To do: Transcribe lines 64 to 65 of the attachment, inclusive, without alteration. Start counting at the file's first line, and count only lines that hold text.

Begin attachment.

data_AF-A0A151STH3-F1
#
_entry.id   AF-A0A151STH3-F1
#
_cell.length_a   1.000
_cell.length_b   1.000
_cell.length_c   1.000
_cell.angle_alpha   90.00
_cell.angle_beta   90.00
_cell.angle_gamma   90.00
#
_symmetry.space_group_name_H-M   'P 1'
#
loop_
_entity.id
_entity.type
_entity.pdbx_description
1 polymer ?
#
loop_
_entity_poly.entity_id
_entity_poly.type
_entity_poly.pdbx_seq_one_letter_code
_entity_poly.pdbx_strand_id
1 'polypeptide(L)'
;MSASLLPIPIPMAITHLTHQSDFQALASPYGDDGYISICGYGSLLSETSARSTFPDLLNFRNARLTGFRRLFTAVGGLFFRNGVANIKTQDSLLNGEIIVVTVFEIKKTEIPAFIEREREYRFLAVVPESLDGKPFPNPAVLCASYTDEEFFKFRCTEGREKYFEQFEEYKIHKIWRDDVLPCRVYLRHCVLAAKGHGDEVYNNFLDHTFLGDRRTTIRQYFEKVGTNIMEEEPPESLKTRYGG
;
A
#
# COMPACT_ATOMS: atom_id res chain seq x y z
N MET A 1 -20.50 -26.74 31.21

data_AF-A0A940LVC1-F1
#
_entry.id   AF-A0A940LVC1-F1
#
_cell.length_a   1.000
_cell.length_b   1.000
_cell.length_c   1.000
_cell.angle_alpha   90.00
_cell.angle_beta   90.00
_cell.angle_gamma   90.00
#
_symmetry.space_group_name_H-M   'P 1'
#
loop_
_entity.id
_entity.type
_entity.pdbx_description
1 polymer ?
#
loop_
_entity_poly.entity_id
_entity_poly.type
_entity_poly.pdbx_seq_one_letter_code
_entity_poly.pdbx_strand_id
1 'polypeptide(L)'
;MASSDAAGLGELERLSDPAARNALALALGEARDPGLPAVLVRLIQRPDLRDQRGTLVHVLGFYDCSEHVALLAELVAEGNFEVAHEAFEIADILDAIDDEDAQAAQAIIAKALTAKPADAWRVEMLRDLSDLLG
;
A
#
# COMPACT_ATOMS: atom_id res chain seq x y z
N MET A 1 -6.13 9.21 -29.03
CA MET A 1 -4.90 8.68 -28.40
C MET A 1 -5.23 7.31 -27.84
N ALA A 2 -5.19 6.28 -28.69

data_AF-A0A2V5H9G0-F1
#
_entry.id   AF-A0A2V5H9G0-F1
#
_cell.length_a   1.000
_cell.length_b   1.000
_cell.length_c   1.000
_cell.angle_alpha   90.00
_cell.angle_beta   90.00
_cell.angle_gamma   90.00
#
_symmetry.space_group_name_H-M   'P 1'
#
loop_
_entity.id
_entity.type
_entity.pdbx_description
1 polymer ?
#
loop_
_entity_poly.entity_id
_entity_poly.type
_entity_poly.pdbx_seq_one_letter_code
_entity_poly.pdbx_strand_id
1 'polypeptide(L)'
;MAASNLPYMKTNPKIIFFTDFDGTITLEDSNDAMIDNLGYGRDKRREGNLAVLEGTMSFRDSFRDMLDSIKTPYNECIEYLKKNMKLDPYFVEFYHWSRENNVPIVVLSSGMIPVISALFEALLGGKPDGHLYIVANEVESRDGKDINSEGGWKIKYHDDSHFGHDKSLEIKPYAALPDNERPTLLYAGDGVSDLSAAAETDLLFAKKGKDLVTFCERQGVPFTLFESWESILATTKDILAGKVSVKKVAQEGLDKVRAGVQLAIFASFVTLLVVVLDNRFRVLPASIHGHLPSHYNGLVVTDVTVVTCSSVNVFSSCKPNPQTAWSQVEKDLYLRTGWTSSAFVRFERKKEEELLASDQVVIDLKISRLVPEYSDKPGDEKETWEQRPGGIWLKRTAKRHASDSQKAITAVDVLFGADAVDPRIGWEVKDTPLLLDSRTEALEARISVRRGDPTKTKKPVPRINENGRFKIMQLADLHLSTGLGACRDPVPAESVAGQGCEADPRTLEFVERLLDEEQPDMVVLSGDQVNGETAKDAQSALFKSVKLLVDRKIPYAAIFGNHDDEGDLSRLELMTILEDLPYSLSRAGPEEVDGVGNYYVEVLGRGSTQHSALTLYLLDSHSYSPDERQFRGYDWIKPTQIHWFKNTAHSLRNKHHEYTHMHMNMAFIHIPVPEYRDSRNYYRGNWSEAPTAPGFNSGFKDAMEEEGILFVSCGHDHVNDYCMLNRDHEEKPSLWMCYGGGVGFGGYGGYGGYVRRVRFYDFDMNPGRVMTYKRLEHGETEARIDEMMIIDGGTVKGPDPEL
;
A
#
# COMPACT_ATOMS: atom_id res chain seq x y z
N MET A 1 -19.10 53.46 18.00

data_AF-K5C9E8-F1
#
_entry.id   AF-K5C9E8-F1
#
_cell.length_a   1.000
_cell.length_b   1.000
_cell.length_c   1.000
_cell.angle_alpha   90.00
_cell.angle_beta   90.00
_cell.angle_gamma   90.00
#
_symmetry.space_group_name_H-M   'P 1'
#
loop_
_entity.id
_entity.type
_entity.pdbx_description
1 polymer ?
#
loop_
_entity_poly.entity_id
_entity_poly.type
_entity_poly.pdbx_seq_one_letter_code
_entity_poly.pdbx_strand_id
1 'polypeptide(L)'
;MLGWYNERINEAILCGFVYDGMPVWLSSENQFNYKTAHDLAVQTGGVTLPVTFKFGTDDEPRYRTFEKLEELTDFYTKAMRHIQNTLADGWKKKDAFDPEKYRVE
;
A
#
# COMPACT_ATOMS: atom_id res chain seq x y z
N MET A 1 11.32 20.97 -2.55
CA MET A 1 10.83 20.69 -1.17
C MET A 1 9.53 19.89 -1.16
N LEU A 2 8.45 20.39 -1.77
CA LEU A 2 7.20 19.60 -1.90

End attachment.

C MET A 1 -5.23 7.31 -27.84
N ALA A 2 -5.19 6.28 -28.69